Lie To Me: Dr. Lightman and HR

My family recently rented the first season of Lie to Me on Netlix. If you’re not familiar with the Fox series starring Tim Roth as Dr. Cal Lightman, the world’s leading deception expert. It’s a “compelling drama series inspired by the scientific discoveries of a real-life psychologist who can read clues embedded in the human face, body and voice to expose the truth and lies in criminal investigations.”

Criminal investigations. Now that’s useful, but why stop there?  I wish Dr. Lightman would come visit my HR department. Don’t get me wrong, I work at a great company full of wonderful people. But sometimes their stories just don’t match up.  Although it would tiresome to have Dr. Lightman around constantly (because he’s constantly calling people on every discrepancy of word, gesture and expression), I’d love to be able to call on him to assist with a sexual harassment claim, or any number of other “he said, she said” scenarios played out on the job.

Or how about employment interviews? If, as Dr. Lightman claims, a typical person lies three times during a ten minute conversation, then we’re really in trouble during the average job interview! That’s, what, twelve or fifteen untruths as we get to know each other and assess whether the candidate is the best fit for the role?  And when we talk about lies in interviews, we’re usually thinking of those perpetuated by the candidate. But what about those put forth by the hiring manager or recruiter? Hmmmmm. Dr. Lightman, where are you?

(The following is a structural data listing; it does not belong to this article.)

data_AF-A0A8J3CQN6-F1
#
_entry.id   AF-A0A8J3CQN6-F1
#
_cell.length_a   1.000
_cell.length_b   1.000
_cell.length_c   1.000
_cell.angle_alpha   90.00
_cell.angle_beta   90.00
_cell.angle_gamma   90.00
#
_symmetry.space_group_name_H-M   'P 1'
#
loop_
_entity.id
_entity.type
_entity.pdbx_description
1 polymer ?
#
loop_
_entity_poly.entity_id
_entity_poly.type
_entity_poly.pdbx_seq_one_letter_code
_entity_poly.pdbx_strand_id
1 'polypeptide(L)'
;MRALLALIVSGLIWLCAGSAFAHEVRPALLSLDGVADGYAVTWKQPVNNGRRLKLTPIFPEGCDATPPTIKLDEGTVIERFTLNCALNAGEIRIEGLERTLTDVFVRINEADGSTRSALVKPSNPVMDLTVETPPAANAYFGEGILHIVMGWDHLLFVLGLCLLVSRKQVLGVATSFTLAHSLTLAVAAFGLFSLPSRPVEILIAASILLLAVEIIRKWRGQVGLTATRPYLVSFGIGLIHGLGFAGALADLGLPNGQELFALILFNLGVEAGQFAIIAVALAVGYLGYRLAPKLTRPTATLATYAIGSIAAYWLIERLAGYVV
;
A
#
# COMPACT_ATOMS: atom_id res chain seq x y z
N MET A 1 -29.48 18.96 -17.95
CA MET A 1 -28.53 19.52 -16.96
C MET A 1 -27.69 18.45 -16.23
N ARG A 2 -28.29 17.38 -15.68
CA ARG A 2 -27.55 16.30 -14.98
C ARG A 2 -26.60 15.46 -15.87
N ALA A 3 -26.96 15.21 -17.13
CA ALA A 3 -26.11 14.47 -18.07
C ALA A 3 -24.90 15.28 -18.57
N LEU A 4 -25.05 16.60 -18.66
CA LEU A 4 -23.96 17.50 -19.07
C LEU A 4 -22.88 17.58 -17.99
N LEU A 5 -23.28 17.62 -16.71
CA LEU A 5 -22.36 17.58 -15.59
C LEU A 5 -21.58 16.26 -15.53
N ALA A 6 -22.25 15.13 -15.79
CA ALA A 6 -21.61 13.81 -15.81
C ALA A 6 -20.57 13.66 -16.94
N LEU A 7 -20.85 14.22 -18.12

How would you use  Dr. Lightman’s services at work?

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Lie To Me: Dr. Lightman and HR

My family recently rented the first season of Lie to Me on Netlix. If you’re not familiar with the Fox series starring Tim Roth as Dr. Cal Lightman, the world’s leading deception expert. It’s a “compelling drama series inspired by the scientific discoveries of a real-life psychologist who can read clues embedded in the human face, body and voice to expose the truth and lies in criminal investigations.”

Criminal investigations. Now that’s useful, but why stop there?  I wish Dr. Lightman would come visit my HR department. Don’t get me wrong, I work at a great company full of wonderful people. But sometimes their stories just don’t match up.  Although it would tiresome to have Dr. Lightman around constantly (because he’s constantly calling people on every discrepancy of word, gesture and expression), I’d love to be able to call on him to assist with a sexual harassment claim, or any number of other “he said, she said” scenarios played out on the job.

Or how about employment interviews? If, as Dr. Lightman claims, a typical person lies three times during a ten minute conversation, then we’re really in trouble during the average job interview! That’s, what, twelve or fifteen untruths as we get to know each other and assess whether the candidate is the best fit for the role?  And when we talk about lies in interviews, we’re usually thinking of those perpetuated by the candidate. But what about those put forth by the hiring manager or recruiter? Hmmmmm. Dr. Lightman, where are you?

How would you use  Dr. Lightman’s services at work?

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